The artisanal sector in India is the second largest provider of livelihoods after agriculture. Handloom, beyond its beauty and heritage value and artisanal production, is Eco-friendly, has negligible carbon foot-print and fulfills most of the United Nation’s “Sustainable Developmnt Goals” (SDGs). Handloom provides dignified employment to millions of people in their own location, so that they are not compelled by economic constraints leaving their ancestral professions and migrate to urban slums to earn meager livelihood as unskilled labourers. Handspun and Handwoven fabric uses indigenous fibers and natural materials Handloom addresses two of the most serious challenges that we face today : growing umemployment and Climate Change.
Women working on ambar Charkas earn around Rs.100 to 150 per day. They have to mindlessly rotate the 8 or 12 spindle heavy handle of the ambar charkas for 8 hours a day.
Inspite of a 900 million rural population, development in India has been mostly confined to Urban Areas.
A recent sample census indicates that around 200 million artisans depend on their craft sector for their livelihood. Of this, it is estimated that around 30 million are involved in the handcrafted textiles sector. For the longest time, it is believed that the artisan community would eventually be absorbed by industries. This has not happened and skilled artisans are made to feel redundant as they do not have modern education required by the industries and their traditional wisdom and sophisticated skills are considered irrelevant. The irony of our times is that highly skilled master craftspeople are considered less-productive than machine operators.
Handspinning and Handweaving though is laborious and monotonous, it is a myth that artisans are unwilling to do that laborious work. Many master weavers who want to continue their traditional profession are still having no continuous orders. Many rural women who have free time are willing to spin between their many household chores if they are paid for their effort.
Today handspinning is no more done at homes, but it is done at khadi centres and mostly by women employees.Though this seems inhumane this is the breadwinner for many women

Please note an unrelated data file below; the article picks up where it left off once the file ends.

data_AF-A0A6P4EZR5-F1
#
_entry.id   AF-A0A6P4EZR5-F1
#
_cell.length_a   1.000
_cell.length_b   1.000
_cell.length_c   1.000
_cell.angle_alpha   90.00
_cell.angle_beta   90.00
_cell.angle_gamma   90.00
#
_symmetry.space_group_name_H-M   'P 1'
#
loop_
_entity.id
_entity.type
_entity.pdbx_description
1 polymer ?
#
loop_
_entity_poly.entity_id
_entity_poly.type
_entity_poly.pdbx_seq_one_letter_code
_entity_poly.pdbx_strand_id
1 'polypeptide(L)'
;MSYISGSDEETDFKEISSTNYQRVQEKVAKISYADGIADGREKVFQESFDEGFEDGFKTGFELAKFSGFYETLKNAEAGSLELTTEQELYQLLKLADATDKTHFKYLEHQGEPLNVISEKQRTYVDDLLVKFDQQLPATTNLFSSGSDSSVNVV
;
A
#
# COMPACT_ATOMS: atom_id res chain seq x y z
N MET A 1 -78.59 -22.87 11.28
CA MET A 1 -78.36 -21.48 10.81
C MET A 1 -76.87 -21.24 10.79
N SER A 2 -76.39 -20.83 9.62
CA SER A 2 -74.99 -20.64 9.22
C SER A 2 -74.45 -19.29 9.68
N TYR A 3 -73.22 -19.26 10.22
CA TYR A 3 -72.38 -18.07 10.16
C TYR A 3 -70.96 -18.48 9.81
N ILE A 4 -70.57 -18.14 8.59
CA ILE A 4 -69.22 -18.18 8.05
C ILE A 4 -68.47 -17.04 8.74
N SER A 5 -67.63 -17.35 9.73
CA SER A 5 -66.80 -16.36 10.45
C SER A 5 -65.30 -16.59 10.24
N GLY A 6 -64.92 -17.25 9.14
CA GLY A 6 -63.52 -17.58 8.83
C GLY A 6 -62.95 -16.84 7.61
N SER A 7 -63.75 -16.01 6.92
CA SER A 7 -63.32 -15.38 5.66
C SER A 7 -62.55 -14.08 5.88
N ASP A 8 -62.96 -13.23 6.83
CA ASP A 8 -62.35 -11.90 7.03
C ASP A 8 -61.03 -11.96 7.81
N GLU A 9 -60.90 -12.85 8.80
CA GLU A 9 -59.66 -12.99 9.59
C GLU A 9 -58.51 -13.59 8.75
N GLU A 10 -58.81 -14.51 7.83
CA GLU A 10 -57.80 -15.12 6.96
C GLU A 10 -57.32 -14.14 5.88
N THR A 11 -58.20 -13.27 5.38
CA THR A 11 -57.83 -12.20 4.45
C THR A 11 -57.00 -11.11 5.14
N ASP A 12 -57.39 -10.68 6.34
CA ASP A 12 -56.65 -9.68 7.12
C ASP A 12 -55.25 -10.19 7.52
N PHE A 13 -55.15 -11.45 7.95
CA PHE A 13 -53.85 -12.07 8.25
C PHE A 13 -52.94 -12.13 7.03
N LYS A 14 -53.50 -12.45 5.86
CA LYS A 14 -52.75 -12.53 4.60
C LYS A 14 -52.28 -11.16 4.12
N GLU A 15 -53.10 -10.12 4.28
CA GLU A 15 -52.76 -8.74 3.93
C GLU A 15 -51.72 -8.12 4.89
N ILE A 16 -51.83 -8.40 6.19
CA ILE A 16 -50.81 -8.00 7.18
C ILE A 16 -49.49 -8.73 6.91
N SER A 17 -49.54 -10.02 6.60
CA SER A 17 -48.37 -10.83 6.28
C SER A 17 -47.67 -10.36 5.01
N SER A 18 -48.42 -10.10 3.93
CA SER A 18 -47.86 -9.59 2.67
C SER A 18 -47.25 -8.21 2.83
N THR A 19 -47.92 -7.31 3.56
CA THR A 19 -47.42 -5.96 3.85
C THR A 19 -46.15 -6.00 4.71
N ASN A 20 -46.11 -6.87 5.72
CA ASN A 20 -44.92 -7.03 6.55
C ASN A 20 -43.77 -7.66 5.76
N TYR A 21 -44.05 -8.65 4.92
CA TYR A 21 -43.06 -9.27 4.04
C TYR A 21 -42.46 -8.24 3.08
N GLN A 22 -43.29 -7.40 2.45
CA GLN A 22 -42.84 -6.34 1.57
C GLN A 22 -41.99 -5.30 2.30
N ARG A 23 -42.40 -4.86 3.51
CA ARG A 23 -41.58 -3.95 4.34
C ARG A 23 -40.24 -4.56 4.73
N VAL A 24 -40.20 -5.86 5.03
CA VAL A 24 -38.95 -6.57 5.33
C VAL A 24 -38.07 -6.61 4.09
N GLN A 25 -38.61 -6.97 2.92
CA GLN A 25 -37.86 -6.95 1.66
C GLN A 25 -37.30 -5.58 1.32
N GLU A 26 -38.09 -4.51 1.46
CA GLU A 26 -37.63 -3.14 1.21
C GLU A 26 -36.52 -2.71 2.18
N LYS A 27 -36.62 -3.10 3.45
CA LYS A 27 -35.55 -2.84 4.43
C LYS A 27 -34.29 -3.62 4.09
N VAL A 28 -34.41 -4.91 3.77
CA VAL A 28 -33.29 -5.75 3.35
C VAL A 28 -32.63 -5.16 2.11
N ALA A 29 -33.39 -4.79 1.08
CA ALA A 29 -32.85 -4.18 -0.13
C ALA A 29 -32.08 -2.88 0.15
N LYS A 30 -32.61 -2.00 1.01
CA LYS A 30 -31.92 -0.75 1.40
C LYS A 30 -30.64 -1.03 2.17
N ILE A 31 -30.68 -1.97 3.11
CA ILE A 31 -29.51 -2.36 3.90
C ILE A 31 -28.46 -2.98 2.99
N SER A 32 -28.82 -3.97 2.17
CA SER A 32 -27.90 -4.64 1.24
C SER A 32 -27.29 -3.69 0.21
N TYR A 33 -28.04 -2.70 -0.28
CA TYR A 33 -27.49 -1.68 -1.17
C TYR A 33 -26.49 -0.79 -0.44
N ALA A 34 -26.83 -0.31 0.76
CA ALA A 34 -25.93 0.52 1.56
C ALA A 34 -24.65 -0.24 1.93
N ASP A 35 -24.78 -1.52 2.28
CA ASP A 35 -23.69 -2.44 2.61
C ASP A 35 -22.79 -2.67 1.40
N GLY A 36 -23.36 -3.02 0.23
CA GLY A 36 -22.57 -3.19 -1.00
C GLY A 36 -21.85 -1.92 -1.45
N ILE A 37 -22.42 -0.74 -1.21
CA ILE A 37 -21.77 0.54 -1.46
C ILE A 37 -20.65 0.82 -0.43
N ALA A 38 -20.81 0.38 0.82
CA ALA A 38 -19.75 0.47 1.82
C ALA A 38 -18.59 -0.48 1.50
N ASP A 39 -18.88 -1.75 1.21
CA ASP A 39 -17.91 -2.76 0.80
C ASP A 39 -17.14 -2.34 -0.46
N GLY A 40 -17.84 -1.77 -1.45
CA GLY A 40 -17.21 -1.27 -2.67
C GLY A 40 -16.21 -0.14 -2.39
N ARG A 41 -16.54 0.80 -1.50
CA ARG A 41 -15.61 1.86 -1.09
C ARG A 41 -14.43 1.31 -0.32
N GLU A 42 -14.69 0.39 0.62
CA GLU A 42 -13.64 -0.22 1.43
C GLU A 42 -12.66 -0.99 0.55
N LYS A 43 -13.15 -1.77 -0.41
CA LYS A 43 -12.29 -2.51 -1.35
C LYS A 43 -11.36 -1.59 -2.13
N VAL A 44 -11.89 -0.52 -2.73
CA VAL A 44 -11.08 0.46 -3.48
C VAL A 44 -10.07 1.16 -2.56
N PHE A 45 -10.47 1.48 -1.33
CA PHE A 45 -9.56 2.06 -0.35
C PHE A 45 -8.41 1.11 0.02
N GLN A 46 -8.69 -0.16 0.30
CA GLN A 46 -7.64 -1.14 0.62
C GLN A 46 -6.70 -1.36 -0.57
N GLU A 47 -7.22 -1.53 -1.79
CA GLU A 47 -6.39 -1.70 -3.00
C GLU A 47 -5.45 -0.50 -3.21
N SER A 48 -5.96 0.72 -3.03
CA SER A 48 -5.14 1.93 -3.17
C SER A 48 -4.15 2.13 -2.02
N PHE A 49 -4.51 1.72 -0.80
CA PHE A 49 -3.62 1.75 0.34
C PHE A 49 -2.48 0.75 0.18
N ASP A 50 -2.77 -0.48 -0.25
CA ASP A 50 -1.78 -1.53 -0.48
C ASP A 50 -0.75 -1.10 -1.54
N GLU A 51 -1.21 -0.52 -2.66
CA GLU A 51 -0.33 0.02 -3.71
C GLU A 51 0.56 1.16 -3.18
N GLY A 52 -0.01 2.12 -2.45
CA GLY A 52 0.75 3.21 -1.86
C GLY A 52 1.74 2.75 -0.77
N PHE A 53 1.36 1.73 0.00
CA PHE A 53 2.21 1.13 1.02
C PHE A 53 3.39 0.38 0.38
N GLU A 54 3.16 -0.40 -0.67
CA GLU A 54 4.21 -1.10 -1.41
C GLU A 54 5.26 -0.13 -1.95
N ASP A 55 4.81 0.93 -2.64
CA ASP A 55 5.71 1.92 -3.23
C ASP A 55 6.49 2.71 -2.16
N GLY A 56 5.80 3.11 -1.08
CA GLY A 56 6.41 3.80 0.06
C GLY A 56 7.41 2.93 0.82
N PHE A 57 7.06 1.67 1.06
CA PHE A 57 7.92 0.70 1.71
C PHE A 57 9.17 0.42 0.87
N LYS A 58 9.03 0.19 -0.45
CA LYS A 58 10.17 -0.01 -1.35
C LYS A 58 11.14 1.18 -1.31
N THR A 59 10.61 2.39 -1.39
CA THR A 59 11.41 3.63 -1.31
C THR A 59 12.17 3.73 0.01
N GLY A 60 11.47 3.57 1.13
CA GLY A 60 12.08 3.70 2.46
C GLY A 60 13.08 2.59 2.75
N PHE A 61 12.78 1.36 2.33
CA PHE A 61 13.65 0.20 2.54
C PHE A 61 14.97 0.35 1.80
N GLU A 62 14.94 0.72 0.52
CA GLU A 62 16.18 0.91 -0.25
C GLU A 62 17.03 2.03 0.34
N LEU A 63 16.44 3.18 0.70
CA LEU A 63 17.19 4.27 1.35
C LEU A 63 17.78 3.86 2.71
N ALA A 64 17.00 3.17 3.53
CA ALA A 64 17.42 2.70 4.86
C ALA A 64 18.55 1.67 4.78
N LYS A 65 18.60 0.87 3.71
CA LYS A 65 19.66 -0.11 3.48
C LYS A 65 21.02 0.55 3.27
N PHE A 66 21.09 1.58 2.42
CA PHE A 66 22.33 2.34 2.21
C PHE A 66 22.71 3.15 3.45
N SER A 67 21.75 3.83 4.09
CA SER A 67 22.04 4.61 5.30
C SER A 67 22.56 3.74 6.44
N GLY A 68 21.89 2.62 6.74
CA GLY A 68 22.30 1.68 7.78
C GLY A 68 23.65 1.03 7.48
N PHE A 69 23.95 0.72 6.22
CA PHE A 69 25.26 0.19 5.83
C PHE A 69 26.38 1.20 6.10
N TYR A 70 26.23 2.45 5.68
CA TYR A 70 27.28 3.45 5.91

In many handloom hubs which had around 4000 functional looms a few years ago, because of less supportive policies now have come down to less than 100 functional looms.
Cooperative societies supply yarn and the Woven Fabric / Sarees are taken back by the societies for very meager weaving wages. The wages were set by KVIC boards and were not revised for many years. To break away from this oppressive system a few enterprising weavers dare to take the risk of investing in stocks to produce sarees, dupattas and fabrics to sell through exhibitions or directly to retailers and fashion boutiques in urban cities.
With weavers being paid as low as Rs.80 a day, most of the men migrate to nearby cities to dwell in the slums and work as unskilled labours in the cities.
Women very readily take up handiwork or supportive weaving work, where they can earn as much as as Rs.2500 a month, which they feel is very precious as this supports them run their family, pay for their children’s education or betterment of their lives.
Today handloom has largely involved rural women, it is a fact to tell, they are the backbone of handloom and handicraft.
Handloom can initiate several positive changes by providing much needed jobs without huge investments, helps to empower women and marginalized communities involved in this field of work.
In India making Fabric is not a Hobby but a livelihood.